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Airplanes-helicopters. Boeing reports fourth quarter results

The data for business segment

The Boeing Company reported fourth-quarter revenue of $14.8 billion, reflecting higher commercial volume and lower defense revenue. GAAP loss per share of ($7.02) and core loss per share (non-GAAP) of ($7.69) reflect lower charges and higher commercial volume. Boeing recorded operating cash flow of $0.7 billion. 

Operating cash flow improved to $0.7 billion in the quarter, reflecting higher commercial volume, higher advance payments, and lower expenditures.

Cash and investments in marketable securities decreased to $16.2 billion, compared to $20.0 billion at the beginning of the quarter, primarily driven by debt repayment partially offset by operating cash flow. Debt was $58.1 billion, down from $62.4 billion at the beginning of the quarter due to the prepayment of a term loan and repayment of maturing debt.

Total company backlog at quarter-end was $377 billion.

Segment Results

Commercial Airplanes

Commercial Airplanes fourth-quarter revenue increased slightly to $4.8 billion primarily driven by higher 737 deliveries, partially offset by lower widebody deliveries and less favorable mix. Fourth-quarter operating margin was primarily driven by a charge on the 787 program.

The industry is continuing to make progress on the global safe return to service of the 737 MAX. In December, the Civil Aviation Administration of China issued an airworthiness directive outlining changes required for Chinese airlines to prepare their fleets to resume service. Since the FAA's approval to return the 737 MAX to operations in November 2020, over 300,000 revenue flights have been completed, and the reliability of the 737 MAX fleet remains above 99 percent (as of January 24, 2022). The 737 program is currently producing at a rate of 26 per month and continues to progress towards a production rate of 31 per month in early 2022. The company is evaluating the timing of further rate increases.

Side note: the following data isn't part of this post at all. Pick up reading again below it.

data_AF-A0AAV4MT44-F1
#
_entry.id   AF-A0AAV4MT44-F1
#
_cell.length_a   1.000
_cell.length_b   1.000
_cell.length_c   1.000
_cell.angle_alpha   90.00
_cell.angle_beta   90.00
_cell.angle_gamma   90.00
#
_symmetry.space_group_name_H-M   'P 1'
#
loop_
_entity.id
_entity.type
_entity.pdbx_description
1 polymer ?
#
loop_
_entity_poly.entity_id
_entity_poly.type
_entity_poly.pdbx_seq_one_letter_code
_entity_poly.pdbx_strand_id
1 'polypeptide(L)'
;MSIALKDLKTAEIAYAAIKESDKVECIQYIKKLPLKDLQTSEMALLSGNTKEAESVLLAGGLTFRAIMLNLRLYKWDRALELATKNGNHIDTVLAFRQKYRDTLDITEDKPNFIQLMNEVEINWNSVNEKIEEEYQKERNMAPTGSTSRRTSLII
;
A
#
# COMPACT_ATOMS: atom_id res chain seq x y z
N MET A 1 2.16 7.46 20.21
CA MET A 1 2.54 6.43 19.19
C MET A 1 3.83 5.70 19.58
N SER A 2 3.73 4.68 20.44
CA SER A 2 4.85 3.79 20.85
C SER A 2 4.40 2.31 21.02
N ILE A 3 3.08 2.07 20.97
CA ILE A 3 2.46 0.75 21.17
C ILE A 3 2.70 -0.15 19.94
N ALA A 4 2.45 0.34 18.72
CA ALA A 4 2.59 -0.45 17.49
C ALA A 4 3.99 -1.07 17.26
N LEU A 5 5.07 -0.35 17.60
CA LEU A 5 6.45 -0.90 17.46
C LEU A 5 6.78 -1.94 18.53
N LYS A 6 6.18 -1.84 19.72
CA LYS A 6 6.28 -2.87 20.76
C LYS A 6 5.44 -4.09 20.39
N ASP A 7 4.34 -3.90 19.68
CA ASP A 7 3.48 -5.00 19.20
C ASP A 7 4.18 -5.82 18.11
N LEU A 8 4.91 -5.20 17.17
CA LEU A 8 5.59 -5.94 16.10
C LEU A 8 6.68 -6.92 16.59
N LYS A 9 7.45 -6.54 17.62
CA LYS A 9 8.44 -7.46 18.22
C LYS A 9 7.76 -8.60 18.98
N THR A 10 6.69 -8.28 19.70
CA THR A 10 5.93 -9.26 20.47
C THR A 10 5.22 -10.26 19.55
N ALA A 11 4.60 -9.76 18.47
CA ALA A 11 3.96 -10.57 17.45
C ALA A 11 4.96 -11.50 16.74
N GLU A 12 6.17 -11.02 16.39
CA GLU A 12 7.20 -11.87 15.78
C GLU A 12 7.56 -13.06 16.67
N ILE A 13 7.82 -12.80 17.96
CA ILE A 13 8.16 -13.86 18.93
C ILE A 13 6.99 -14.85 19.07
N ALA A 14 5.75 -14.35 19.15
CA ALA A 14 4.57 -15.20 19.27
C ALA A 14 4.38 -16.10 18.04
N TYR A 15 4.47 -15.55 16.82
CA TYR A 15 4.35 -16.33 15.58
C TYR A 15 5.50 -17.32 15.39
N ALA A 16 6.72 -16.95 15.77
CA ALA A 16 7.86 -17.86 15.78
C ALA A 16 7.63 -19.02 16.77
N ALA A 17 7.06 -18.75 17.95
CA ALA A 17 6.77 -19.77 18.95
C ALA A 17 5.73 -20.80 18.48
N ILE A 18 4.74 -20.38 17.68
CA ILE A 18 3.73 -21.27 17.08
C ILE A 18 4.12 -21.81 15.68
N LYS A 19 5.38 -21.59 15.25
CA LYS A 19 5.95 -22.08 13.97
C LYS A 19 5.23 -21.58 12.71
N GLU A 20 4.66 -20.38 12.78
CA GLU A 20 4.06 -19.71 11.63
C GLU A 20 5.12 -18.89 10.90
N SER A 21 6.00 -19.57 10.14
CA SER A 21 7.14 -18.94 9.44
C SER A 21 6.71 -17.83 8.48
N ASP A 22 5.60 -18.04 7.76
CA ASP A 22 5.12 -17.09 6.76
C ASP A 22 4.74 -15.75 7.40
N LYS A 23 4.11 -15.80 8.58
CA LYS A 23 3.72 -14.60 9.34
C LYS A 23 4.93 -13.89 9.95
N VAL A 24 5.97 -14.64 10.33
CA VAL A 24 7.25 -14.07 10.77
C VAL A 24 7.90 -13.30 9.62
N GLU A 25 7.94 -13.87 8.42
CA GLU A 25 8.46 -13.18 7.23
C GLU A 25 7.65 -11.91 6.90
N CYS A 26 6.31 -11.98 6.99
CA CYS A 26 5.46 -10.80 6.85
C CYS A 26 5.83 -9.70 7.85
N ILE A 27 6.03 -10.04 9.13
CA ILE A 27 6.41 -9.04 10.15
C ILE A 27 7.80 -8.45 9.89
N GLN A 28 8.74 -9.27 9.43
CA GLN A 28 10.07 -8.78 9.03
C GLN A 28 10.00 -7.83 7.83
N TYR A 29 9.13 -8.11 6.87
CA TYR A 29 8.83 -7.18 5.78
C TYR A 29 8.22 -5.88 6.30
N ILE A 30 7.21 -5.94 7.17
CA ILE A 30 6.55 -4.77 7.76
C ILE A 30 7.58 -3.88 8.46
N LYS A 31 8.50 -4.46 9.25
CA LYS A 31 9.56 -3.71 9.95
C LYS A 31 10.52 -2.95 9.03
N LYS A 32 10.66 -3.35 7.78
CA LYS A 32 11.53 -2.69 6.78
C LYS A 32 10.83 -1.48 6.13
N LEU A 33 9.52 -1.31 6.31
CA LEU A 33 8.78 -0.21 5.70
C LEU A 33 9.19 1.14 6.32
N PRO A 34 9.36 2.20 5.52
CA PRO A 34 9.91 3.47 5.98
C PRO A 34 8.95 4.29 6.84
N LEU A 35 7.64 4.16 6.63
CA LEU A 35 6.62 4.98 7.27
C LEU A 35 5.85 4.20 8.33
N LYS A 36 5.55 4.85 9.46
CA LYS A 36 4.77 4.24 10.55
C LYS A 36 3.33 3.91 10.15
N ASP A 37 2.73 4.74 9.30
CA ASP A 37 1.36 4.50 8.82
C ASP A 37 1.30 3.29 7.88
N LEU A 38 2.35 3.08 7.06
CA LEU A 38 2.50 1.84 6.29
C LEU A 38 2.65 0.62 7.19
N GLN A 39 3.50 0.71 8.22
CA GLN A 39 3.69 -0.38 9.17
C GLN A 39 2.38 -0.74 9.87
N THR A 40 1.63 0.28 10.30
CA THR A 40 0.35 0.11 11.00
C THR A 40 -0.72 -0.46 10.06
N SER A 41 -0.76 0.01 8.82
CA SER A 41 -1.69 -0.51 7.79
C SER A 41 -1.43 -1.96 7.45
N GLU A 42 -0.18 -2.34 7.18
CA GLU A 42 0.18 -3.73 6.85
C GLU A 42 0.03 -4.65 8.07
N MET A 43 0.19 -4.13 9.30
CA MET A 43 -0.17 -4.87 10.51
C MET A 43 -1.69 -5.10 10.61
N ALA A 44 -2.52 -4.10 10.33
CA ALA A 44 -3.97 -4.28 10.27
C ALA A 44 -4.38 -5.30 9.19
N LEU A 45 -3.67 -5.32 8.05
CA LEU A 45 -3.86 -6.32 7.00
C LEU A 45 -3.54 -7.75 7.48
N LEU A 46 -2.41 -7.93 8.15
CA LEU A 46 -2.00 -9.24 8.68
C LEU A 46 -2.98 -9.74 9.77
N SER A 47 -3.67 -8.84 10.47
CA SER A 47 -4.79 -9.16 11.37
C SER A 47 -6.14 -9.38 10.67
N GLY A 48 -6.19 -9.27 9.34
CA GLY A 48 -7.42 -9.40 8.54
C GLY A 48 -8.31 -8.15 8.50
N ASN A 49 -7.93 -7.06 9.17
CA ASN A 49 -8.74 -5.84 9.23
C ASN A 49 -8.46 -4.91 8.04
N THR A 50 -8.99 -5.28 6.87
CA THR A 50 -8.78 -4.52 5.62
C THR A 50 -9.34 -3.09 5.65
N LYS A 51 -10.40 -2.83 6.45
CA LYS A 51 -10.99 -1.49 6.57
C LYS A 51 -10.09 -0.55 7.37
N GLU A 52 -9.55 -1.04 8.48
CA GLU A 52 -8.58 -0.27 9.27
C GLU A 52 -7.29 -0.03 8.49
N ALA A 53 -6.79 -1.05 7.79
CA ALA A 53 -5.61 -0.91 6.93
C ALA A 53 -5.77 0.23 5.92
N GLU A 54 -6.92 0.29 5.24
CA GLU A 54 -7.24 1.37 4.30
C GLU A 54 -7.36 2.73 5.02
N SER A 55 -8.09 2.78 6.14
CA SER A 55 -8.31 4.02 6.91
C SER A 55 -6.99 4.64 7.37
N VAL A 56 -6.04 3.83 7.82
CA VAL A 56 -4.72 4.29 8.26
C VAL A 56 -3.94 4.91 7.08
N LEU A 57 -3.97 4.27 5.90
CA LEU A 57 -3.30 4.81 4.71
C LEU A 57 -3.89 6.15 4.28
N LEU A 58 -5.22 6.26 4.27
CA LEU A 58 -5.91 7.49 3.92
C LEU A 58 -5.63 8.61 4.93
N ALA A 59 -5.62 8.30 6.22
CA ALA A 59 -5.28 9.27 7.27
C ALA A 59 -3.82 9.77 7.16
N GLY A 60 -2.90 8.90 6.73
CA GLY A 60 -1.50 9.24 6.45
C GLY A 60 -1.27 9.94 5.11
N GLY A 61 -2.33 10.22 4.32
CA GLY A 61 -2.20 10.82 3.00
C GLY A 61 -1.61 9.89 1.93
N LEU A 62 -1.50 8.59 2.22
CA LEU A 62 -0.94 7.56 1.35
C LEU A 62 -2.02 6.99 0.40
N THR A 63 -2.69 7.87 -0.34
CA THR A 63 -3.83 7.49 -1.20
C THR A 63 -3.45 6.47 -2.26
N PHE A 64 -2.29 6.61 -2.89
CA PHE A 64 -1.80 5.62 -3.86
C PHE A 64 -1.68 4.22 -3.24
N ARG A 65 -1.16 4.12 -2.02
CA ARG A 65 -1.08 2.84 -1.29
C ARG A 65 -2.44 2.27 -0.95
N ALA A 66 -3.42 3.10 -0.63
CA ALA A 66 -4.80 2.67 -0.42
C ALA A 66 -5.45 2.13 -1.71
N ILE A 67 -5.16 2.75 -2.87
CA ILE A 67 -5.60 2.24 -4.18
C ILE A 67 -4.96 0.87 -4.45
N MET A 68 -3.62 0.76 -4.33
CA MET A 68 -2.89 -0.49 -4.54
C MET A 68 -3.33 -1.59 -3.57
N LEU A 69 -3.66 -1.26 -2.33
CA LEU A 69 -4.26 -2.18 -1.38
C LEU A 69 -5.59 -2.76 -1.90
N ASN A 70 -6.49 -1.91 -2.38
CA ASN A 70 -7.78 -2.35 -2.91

The company continues to perform rework on 787 airplanes in inventory and is engaged in detailed discussions with the FAA regarding required actions to resume deliveries. In the fourth quarter, the company determined that these activities will take longer than previously expected, resulting in further delays in customer delivery dates and associated customer considerations. Accordingly, Commercial Airplanes recorded a $3.5 billion pre-tax non-cash charge on the 787 program. The program is producing at a very low rate and will continue to do so until deliveries resume, with an expected gradual return to five per month over time. The company now anticipates 787 abnormal costs will increase to approximately $2 billion, with most being incurred by the end of 2023, including $285 million recorded in the quarter.

Commercial Airplanes secured orders for 164 B-737 MAX and 24 freighters and delivered 99 units during the quarter and backlog included over 4,200 airplanes valued at $297 billion.

Defense, Space & Security

Defense, Space & Security fourth-quarter revenue decreased to $5.9 billion and fourth-quarter operating margin decreased to (4.4) percent, primarily due to lower volume and less favorable performance across the portfolio, including a $402 million pre-tax charge on the KC-46A Tanker program.

During the quarter, DSS secured an award for six MH-47G Block II Chinook helicopters for the US Army Special Operations, a contract extension for Future Logistics Information Services for the UK Ministry of Defence, an award for modernization of Airborne Warning and Control System to the Royal Saudi Air Force, and contracts for proprietary space programs. Defense, Space & Security also completed the first carrier tests for the MQ-25 unmanned aerial tanker and started flight testing on the second uncrewed Loyal Wingman aircraft.

Backlog was $60 billion, of which 33 percent represents orders from customers outside the US.

Global Services

Global Services fourth-quarter revenue increased to $4.3 billion and 4Q operating margin increased to 9.3 percent primarily driven by higher commercial volume and favorable mix. Operating margin was negatively impacted by a $220 million inventory impairment.

During the quarter, GS secured a V-22 Performance Based Logistics contract for the US Marine Corps, was awarded a contract for F/A-18 Landing Gear Repair for the US Navy, and was selected to provide Apache training and support services to the UK Ministry of Defence. Global Services also delivered the 50th B-767/300 converted freighter.

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AVIONEWS - World Aeronautical Press Agency